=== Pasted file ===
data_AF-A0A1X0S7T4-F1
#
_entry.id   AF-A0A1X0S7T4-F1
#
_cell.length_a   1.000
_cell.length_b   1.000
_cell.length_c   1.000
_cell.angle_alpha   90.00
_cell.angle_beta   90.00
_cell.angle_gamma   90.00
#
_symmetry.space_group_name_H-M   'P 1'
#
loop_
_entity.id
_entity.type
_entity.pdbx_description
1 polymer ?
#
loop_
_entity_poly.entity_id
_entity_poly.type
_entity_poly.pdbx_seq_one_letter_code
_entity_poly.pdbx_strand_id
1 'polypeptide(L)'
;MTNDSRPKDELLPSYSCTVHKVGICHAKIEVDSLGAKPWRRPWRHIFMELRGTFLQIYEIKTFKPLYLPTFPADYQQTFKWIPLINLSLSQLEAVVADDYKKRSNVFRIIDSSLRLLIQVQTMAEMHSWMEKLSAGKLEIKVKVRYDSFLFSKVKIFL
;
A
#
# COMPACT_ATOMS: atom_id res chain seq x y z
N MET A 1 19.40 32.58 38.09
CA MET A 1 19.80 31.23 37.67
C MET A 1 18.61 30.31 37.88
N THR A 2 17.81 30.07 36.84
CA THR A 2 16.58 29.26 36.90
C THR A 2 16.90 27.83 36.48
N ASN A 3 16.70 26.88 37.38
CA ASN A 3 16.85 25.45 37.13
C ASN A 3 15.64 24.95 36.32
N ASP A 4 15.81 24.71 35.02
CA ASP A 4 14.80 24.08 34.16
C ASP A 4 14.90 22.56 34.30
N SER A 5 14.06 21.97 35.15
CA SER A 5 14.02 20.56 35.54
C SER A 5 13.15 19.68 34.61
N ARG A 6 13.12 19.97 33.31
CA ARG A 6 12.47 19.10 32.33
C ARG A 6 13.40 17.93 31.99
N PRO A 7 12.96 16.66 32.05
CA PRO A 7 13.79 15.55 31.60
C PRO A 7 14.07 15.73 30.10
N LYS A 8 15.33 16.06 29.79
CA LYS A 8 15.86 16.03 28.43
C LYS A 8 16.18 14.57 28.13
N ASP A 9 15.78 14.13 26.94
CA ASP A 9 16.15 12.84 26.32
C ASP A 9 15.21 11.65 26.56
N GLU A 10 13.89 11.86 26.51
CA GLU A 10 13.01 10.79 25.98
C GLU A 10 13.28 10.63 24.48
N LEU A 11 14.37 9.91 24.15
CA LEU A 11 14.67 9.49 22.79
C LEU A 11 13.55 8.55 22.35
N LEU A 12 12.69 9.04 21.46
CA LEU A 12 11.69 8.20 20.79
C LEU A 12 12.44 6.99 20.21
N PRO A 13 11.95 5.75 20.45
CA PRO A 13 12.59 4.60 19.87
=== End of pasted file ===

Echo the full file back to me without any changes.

data_AF-A0A1X0S7T4-F1
#
_entry.id   AF-A0A1X0S7T4-F1
#
_cell.length_a   1.000
_cell.length_b   1.000
_cell.length_c   1.000
_cell.angle_alpha   90.00
_cell.angle_beta   90.00
_cell.angle_gamma   90.00
#
_symmetry.space_group_name_H-M   'P 1'
#
loop_
_entity.id
_entity.type
_entity.pdbx_description
1 polymer ?
#
loop_
_entity_poly.entity_id
_entity_poly.type
_entity_poly.pdbx_seq_one_letter_code
_entity_poly.pdbx_strand_id
1 'polypeptide(L)'
;MTNDSRPKDELLPSYSCTVHKVGICHAKIEVDSLGAKPWRRPWRHIFMELRGTFLQIYEIKTFKPLYLPTFPADYQQTFKWIPLINLSLSQLEAVVADDYKKRSNVFRIIDSSLRLLIQVQTMAEMHSWMEKLSAGKLEIKVKVRYDSFLFSKVKIFL
;
A
#
# COMPACT_ATOMS: atom_id res chain seq x y z
N MET A 1 19.40 32.58 38.09
CA MET A 1 19.80 31.23 37.67
C MET A 1 18.61 30.31 37.88
N THR A 2 17.81 30.07 36.84
CA THR A 2 16.58 29.26 36.90
C THR A 2 16.90 27.83 36.48
N ASN A 3 16.70 26.88 37.38
CA ASN A 3 16.85 25.45 37.13
C ASN A 3 15.64 24.95 36.32
N ASP A 4 15.81 24.71 35.02
CA ASP A 4 14.80 24.08 34.16
C ASP A 4 14.90 22.56 34.30
N SER A 5 14.06 21.97 35.15
CA SER A 5 14.02 20.56 35.54
C SER A 5 13.15 19.68 34.61
N ARG A 6 13.12 19.97 33.31
CA ARG A 6 12.47 19.10 32.33
C ARG A 6 13.40 17.93 31.99
N PRO A 7 12.96 16.66 32.05
CA PRO A 7 13.79 15.55 31.60
C PRO A 7 14.07 15.73 30.10
N LYS A 8 15.33 16.06 29.79
CA LYS A 8 15.86 16.03 28.43
C LYS A 8 16.18 14.57 28.13
N ASP A 9 15.78 14.13 26.94
CA ASP A 9 16.15 12.84 26.32
C ASP A 9 15.21 11.65 26.56
N GLU A 10 13.89 11.86 26.51
CA GLU A 10 13.01 10.79 25.98
C GLU A 10 13.28 10.63 24.48
N LEU A 11 14.37 9.91 24.15
CA LEU A 11 14.67 9.49 22.79
C LEU A 11 13.55 8.55 22.35
N LEU A 12 12.69 9.04 21.46
CA LEU A 12 11.69 8.20 20.79
C LEU A 12 12.44 6.99 20.21
N PRO A 13 11.95 5.75 20.45
CA PRO A 13 12.59 4.60 19.87